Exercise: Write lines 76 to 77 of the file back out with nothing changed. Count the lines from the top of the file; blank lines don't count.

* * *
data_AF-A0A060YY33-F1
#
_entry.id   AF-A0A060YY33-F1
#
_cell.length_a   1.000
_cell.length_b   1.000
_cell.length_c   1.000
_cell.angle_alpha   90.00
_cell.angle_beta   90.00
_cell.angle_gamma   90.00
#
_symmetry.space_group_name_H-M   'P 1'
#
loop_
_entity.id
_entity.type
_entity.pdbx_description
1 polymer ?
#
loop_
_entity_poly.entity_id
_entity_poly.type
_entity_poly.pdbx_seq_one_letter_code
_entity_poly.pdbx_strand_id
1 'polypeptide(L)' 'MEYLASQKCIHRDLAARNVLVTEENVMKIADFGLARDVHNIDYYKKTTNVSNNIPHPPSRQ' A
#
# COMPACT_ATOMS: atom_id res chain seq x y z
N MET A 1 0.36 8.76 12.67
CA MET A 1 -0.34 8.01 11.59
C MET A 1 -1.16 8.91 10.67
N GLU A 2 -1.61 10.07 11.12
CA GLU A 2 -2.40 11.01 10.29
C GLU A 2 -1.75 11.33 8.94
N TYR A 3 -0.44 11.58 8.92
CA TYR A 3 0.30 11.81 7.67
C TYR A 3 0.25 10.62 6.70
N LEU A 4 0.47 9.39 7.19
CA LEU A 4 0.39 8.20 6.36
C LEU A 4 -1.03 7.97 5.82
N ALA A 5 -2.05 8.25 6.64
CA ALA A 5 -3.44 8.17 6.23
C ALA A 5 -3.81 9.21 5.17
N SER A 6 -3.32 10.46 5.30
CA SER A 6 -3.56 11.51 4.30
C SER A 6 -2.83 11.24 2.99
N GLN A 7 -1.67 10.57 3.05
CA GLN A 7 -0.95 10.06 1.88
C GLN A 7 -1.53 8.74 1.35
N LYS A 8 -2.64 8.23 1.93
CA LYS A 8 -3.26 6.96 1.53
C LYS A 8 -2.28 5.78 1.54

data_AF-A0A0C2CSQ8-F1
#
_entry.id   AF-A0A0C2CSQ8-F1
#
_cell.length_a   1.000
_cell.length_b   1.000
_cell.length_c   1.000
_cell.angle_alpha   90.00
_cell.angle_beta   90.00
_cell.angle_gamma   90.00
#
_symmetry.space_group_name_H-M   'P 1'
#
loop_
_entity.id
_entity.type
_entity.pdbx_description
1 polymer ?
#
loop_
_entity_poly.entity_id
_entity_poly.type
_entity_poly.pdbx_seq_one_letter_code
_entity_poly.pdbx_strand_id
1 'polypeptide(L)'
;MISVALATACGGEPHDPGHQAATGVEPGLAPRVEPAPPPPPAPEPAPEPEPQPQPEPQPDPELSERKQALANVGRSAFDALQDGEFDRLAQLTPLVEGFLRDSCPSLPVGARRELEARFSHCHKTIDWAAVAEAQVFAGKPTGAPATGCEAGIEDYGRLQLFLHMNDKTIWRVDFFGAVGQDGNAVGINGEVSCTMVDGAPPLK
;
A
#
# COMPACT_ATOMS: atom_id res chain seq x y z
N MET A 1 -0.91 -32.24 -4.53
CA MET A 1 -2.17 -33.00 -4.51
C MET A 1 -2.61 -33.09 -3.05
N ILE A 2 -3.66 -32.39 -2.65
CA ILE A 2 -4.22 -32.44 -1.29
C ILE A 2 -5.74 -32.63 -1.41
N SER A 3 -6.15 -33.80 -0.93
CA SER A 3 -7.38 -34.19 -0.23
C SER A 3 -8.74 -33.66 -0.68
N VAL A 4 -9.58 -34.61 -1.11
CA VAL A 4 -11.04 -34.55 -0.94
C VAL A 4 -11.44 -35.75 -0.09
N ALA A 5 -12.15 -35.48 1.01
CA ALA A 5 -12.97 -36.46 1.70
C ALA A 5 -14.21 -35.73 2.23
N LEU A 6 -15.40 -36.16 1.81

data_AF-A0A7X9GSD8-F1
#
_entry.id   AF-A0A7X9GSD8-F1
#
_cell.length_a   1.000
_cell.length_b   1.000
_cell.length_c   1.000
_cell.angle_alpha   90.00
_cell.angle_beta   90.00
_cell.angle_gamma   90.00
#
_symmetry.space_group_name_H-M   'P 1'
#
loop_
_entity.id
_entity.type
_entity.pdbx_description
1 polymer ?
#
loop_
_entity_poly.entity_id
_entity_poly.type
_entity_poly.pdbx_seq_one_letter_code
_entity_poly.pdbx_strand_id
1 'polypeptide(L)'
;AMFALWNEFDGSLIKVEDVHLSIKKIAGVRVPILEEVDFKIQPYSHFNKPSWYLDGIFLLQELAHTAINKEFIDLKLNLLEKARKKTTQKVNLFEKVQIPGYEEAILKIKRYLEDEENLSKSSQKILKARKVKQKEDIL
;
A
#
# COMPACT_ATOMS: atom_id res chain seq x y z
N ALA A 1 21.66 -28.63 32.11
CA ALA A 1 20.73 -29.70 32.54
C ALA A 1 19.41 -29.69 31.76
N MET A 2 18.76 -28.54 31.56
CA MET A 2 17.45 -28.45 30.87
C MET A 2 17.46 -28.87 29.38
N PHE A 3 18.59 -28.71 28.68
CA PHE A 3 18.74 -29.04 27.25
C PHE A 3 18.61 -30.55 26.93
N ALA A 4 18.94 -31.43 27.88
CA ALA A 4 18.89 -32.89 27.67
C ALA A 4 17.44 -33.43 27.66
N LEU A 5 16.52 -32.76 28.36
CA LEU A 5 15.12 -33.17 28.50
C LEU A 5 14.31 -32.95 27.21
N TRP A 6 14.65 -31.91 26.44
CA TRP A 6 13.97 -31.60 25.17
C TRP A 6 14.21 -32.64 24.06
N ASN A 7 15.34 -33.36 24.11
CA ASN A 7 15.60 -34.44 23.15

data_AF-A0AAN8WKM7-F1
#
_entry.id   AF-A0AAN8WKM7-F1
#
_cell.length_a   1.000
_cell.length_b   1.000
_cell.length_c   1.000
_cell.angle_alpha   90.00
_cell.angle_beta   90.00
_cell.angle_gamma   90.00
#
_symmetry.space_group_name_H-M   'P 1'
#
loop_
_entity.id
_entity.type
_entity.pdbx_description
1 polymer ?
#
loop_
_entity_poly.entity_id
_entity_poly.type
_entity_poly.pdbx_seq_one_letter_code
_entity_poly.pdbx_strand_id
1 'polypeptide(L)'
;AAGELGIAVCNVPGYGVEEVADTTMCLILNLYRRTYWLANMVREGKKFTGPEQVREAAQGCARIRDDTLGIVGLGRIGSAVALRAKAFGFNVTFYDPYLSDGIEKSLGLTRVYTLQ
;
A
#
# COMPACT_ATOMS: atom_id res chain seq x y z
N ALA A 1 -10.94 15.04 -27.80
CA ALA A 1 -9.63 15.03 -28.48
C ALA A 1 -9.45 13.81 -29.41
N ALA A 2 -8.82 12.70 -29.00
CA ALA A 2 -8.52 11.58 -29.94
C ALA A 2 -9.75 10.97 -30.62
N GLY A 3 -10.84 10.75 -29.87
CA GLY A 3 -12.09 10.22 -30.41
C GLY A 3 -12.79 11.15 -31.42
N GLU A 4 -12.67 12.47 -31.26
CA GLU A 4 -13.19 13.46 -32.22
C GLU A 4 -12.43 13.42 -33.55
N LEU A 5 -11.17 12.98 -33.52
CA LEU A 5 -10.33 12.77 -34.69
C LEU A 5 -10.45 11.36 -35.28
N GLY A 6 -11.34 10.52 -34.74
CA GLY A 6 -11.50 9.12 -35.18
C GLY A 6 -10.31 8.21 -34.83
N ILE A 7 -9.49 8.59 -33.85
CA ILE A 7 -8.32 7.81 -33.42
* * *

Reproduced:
1 'polypeptide(L)'
;MISVALATACGGEPHDPGHQAATGVEPGLAPRVEPAPPPPPAPEPAPEPEPQPQPEPQPDPELSERKQALANVGRSAFDALQDGEFDRLAQLTPLVEGFLRDSCPSLPVGARRELEARFSHCHKTIDWAAVAEAQVFAGKPTGAPATGCEAGIEDYGRLQLFLHMNDKTIWRVDFFGAVGQDGNAVGINGEVSCTMVDGAPPLK